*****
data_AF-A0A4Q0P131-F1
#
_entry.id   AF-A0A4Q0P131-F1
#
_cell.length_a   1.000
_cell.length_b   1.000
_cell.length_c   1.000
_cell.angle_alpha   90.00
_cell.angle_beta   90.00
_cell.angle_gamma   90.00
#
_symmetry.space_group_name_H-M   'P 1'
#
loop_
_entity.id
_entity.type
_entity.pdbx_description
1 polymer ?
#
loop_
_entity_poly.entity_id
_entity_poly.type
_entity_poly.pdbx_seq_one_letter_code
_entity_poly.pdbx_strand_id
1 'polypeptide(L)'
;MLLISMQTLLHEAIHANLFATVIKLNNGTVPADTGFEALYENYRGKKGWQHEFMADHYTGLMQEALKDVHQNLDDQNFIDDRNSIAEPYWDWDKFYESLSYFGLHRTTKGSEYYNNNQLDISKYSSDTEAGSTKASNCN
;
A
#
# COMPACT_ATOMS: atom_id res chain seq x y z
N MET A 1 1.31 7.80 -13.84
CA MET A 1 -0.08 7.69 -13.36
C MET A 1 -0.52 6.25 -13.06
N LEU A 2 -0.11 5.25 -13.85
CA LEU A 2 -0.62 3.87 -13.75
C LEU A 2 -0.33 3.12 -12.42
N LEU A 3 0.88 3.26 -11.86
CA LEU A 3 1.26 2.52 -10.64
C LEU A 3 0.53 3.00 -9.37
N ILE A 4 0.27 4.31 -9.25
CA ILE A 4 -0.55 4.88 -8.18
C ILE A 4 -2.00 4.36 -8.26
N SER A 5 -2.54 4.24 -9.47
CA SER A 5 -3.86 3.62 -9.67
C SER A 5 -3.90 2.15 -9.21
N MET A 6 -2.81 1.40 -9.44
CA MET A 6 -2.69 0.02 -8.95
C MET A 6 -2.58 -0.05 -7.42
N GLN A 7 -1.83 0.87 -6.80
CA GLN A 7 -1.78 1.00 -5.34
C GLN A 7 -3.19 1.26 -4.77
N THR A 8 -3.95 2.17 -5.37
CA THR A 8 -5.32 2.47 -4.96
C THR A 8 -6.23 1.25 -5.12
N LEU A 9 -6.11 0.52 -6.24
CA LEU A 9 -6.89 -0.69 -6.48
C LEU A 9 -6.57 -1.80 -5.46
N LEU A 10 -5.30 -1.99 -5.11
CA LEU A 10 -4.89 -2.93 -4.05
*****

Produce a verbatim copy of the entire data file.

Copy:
data_AF-A0A4Q0P131-F1
#
_entry.id   AF-A0A4Q0P131-F1
#
_cell.length_a   1.000
_cell.length_b   1.000
_cell.length_c   1.000
_cell.angle_alpha   90.00
_cell.angle_beta   90.00
_cell.angle_gamma   90.00
#
_symmetry.space_group_name_H-M   'P 1'
#
loop_
_entity.id
_entity.type
_entity.pdbx_description
1 polymer ?
#
loop_
_entity_poly.entity_id
_entity_poly.type
_entity_poly.pdbx_seq_one_letter_code
_entity_poly.pdbx_strand_id
1 'polypeptide(L)'
;MLLISMQTLLHEAIHANLFATVIKLNNGTVPADTGFEALYENYRGKKGWQHEFMADHYTGLMQEALKDVHQNLDDQNFIDDRNSIAEPYWDWDKFYESLSYFGLHRTTKGSEYYNNNQLDISKYSSDTEAGSTKASNCN
;
A
#
# COMPACT_ATOMS: atom_id res chain seq x y z
N MET A 1 1.31 7.80 -13.84
CA MET A 1 -0.08 7.69 -13.36
C MET A 1 -0.52 6.25 -13.06
N LEU A 2 -0.11 5.25 -13.85
CA LEU A 2 -0.62 3.87 -13.75
C LEU A 2 -0.33 3.12 -12.42
N LEU A 3 0.88 3.26 -11.86
CA LEU A 3 1.26 2.52 -10.64
C LEU A 3 0.53 3.00 -9.37
N ILE A 4 0.27 4.31 -9.25
CA ILE A 4 -0.55 4.88 -8.18
C ILE A 4 -2.00 4.36 -8.26
N SER A 5 -2.54 4.24 -9.47
CA SER A 5 -3.86 3.62 -9.67
C SER A 5 -3.90 2.15 -9.21
N MET A 6 -2.81 1.40 -9.44
CA MET A 6 -2.69 0.02 -8.95
C MET A 6 -2.58 -0.05 -7.42
N GLN A 7 -1.83 0.87 -6.80
CA GLN A 7 -1.78 1.00 -5.34
C GLN A 7 -3.19 1.26 -4.77
N THR A 8 -3.95 2.17 -5.37
CA THR A 8 -5.32 2.47 -4.96
C THR A 8 -6.23 1.25 -5.12
N LEU A 9 -6.11 0.52 -6.24
CA LEU A 9 -6.89 -0.69 -6.48
C LEU A 9 -6.57 -1.80 -5.46
N LEU A 10 -5.30 -1.99 -5.11
CA LEU A 10 -4.89 -2.93 -4.05